Long Term Care Awareness Month
November is officially National Long Term Care Awareness Month. To honor our mission of empowering families and protecting seniors, we’ve put together a two-part blog series on myths vs. facts about long term care.
Learn the first five myths – and realities – below:
Myth 1: Few people go into long term care.
Fact: More than half of us (52%) will require some sort of long term care once we reach our golden years. That amounts to an estimated 12 million people as of 2020 – and over the next three decades, that population will only continue to grow as Baby Boomers age.
Myth 2: Only the elderly or terminally ill go into long term care.
Fact: Long term care facilities serve a wide variety of patients, including:
- Patients living with Alzheimer’s and dementia
- Those in need of physical, occupational or speech therapy
- Individuals with intellectual and developmental disabilities
- People in need of rehabilitation after a hospital stay
In fact, nearly two-thirds of short-term nursing home patients return home after receiving rehabilitation therapy.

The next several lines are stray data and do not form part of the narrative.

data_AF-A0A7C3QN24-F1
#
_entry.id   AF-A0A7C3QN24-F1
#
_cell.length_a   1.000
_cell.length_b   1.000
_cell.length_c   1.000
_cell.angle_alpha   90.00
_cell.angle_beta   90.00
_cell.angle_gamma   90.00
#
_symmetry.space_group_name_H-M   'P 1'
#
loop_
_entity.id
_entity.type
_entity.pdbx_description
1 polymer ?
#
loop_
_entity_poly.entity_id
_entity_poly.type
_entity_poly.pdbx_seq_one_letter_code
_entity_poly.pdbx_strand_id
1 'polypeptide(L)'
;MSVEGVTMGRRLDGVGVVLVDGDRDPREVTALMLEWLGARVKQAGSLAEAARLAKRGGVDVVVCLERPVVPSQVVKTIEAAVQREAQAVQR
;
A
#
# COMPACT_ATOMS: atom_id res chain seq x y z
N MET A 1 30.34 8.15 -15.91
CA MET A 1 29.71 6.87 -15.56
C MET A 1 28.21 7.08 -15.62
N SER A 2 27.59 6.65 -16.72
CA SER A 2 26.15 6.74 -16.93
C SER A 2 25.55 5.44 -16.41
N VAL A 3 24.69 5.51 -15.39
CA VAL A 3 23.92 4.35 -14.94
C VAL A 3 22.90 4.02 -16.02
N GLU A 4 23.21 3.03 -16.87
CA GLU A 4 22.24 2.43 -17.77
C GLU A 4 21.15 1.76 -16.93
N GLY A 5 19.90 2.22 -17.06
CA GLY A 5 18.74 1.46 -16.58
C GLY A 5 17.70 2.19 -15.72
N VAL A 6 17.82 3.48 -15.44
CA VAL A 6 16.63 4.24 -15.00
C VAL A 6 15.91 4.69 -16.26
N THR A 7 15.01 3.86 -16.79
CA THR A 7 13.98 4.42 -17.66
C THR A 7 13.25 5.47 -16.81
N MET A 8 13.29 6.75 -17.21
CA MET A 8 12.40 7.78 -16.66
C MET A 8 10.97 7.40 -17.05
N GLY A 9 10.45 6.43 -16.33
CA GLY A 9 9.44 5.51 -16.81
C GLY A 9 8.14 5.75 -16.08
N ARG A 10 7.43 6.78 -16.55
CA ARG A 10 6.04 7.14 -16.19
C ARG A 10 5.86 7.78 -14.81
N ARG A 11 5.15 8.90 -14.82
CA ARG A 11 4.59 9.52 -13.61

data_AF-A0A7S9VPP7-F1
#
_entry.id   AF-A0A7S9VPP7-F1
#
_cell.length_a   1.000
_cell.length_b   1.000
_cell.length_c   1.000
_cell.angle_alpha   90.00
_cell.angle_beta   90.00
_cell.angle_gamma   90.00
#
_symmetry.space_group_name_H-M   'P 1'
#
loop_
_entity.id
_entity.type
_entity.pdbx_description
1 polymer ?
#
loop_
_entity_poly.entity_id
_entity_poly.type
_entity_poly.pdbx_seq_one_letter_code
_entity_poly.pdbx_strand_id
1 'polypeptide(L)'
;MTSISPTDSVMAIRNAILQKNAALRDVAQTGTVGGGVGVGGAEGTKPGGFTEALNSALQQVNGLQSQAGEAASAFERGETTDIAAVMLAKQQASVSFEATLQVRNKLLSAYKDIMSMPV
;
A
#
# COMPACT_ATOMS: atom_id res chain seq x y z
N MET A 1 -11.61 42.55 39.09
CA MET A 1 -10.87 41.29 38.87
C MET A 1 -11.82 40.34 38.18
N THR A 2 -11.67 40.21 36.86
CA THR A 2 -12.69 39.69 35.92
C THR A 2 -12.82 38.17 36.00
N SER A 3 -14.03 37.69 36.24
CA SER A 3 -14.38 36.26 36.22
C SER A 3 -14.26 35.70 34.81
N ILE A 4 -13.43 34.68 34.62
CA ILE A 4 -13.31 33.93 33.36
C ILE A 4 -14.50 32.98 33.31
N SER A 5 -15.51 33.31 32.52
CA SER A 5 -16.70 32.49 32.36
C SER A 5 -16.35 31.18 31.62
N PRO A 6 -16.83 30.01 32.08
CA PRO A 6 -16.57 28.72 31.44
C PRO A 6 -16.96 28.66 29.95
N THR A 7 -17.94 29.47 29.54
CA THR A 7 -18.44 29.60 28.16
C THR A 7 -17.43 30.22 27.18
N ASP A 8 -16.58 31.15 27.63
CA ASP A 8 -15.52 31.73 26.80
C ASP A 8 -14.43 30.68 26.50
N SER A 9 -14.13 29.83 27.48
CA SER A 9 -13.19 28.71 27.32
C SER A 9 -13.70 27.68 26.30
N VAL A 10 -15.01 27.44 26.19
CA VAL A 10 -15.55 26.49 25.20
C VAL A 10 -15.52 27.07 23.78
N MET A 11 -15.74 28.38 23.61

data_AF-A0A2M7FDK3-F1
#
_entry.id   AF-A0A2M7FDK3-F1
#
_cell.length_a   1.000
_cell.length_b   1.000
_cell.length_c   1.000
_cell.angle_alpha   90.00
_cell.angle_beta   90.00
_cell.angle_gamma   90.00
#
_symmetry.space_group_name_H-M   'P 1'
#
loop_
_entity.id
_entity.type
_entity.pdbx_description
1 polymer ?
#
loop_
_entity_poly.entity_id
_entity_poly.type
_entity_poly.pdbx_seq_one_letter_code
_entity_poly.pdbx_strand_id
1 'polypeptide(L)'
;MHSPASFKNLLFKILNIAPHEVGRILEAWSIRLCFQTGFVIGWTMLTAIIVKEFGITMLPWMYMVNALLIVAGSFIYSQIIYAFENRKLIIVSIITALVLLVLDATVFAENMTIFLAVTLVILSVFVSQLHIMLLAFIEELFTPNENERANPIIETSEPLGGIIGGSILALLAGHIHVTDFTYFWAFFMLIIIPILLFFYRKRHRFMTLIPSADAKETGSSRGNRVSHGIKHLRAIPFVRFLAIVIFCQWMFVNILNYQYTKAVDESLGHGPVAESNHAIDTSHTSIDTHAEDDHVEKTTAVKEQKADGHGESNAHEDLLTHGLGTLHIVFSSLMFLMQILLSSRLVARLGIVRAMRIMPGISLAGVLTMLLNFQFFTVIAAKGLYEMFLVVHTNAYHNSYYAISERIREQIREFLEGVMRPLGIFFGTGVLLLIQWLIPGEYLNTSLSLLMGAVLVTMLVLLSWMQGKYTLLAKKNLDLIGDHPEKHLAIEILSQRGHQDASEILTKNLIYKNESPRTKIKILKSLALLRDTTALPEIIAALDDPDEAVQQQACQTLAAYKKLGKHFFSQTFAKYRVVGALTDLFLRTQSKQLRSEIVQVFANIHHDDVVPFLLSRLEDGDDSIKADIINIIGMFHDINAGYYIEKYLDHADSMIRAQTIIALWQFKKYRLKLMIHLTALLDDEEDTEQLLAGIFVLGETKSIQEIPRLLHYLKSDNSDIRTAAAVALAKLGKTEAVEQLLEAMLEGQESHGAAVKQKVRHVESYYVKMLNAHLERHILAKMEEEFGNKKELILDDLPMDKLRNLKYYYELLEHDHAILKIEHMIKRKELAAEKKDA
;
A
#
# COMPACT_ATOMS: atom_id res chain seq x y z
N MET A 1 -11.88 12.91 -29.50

Myth 3: Medicare pays for long term care.
Fact: Traditional Medicare does not pay for long term care. Most long term care is considered “personal care” under Medicare, meaning families must pay 100% out of pocket, get long term care insurance, or qualify for Medicaid. You can read more about paying for assisted living here.
Myth 4: Long term care should be a last resort for my loved one.
Fact: While a loved one may prefer to age at home, the truth is that caregiving can become extremely difficult for both your loved one and their support network. Planning ahead for long term care can ensure your loved one’s health and prevent isolation, while acknowledging your own limits as well. Read more about planning for long term care here.
Myth 5: Long term care options are all the same.
Fact: No two care experiences are the same. There are many different types of long term care available depending on an individual’s unique needs:
- Independent living communities offer older adults amenities in a community setting
- Assisted living communities typically provide some health care and personal care services (like help with bathing, dressing and eating) in a home-like setting
- Nursing homes provide care for individuals who have complex medical needs and require round-the-clock care as well as rehabilitation services
- Intermediate care facilities offer services for individuals with disabilities, allowing them to function at their greatest potential in a protected, residential setting
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